Malcolm Snead earns University of Oslo honorary degree
Professor Malcolm Snead has been awarded a doctor philosophiae causa by the University of Oslo for his contributions leading to a better understanding of tooth development. The University of Oslo often recognizes researchers around the world for their significant contributions to the advancement of science. Snead is a formidable front figure within the fields of tooth development, the molecular biology of enamel formation and biomineralization, molecular self-assembly and bioengineering and regeneration of hard tissues. Snead joined the Ostrow faculty in 1984 as a research assistant professor. He has been the chair of the division of biomedical sciences since 2012. The degree will be officially conferred upon Snead at an academic ceremony in Oslo in September.
Carol Gomez Summerhays, 2017 Ellis Island Medal of Honor Recipient
Earlier this spring, Carol Gomez Summerhays DDS ’78 was awarded the prestigious 2017 Ellis Island Medal of Honor for her exceptional contributions to our nation. Summerhays joins an elite group of highly successful individuals to have earned such a distinction, including six past U.S. presidents, the first female presidential candidate representing a major political party Hillary Clinton and civil rights pioneer Rosa Parks. The medal is meant to honor individuals who embody fundamental American ideals, including patriotism, tolerance and compassion. Summerhays has served as past president of both the California Dental Association and the American Dental Association as well as a Lieutenant in the United States Naval Reserve. She delivered Ostrow’s 2016 commencement address, during which she recounted the story of her own dental school entrance interview, where she promised admissions officers to always make USC dentistry proud.
Pascal Magne earns two prestigious awards
It’s been a good spring for Associate Professor Pascal Magne, who has earned two prestigious awards for his work in the field of dental morphology, function and esthetics. Most notably, Magne earned the 2017 Loader-Brenes Spinach Award — a biennial world prize meant to be the “Nobel Prize” for dentistry — by the Pierre Fauchard Academy. This international award came on the heels of an Outstanding Innovation in Cosmetic Dentistry Award, which he received from the American Academy of Cosmetic Dentistry. The esthetic dentistry expert teaches Ostrow’s first-year DDS students the fundamentals of biomimetic restorative dentistry using a revolutionary “2D-3D-4D” approach, in which students learn to restore the form, function and esthetics of natural teeth by completing drawings, wax-ups and finally layering exercises. He joined the Ostrow faculty in 2004.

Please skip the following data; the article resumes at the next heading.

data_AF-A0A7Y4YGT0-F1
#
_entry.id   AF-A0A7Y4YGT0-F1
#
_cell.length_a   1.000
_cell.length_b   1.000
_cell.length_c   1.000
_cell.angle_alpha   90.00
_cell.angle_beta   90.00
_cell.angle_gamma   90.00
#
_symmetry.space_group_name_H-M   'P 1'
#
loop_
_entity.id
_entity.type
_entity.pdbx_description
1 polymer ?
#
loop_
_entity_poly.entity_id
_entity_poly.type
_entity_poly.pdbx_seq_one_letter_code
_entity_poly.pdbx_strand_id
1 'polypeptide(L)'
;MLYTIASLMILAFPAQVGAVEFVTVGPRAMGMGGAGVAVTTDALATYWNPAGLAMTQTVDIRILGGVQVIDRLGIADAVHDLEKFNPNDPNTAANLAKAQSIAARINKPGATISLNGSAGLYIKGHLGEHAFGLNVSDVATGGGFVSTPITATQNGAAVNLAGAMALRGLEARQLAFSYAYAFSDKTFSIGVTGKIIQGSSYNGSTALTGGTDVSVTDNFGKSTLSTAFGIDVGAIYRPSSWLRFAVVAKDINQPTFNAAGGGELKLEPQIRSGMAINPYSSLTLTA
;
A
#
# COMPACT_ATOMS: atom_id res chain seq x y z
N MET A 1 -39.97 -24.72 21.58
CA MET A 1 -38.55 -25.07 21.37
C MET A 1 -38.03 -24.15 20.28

Michael Paine named Fellow of the American Association for the Advancement of Science
In late 2016, Professor Michael Paine PERIO ’99 was elected Fellow of the American Association for the Advancement of Science (AAAS) for his distinguished contributions to the field of biomineralization, for identifying protein-to-protein self assembly and for linking systemic disease of solute transport to enamel formation. The distinction places Paine in an esteemed group of individuals — including Yang Chai PhD ’91, DS ’96; Michael Melnick, Harold Slavkin ’61, DDS ’65 and Malcolm Snead — “whose efforts on behalf of the advancement of science or its applications are scientifically or socially distinguished.” Paine joined Ostrow as a research associate in 1994, earning his periodontology specialty certificate in 1999. He is currently the director of the craniofacial biology graduate program.
Ostrow assistant professor develops novel drug compound to treat bone infection
Earlier this year, Ostrow Assistant Professor Parish Sedghizadeh DDS ’96 was featured on the cover of the Journal of Medicinal Chemistry for his work in developing a drug compound to fight bone infection. In the article, titled “Design, synthesis, and antimicrobial evaluation of a novel bone-targeting bisphosphonate-ciprofloxacin conjugate for the treatment of osteomyelitis biofilms,” Sedghizadeh shared his findings that one dose of an antibiotic-bisphosphonate drug compound was an order of magnitude more deadly than an antibiotic alone. “Our hope is to get the drug through the FDA process and approval to be able to test this in humans for clinical use to reduce the morbidity and mortality associated with bone infections,” said Sedghizadeh, who joined the Ostrow faculty in 2004. The Journal of Medicinal Chemistry has an impact factor of 5.589.
Ostrow expands distance learning roster
This year, Ostrow will add three new distance learning programs to its roster, rolling out a certificate program in oral pathology and radiology as well as a master’s degree and a certificate program in pain medicine. The certificate program in oral pathology and radiology is a 12-and-a-half-month online/on-site program teaching students the clinical and didactic skills necessary to evaluate and manage patients with oral disease. The master’s and certificate programs in pain medicine are a collaborative effort between Ostrow and the Keck School of Medicine of USC focused on the neuroscience, psychology, assessment, classification and legal issues surrounding pain management. The master’s program will take students 37 months to complete; the certificate program takes 12 and a half months. With the additions, Ostrow now offers distance learners the ability to pursue three online/on-site master’s degrees and four online/on-site certificate programs.
These news briefs originally appeared in the TroDent, the official publication for the Herman Ostrow School of Dentistry of USC. Read more stories like this in our Summer 2017 issue.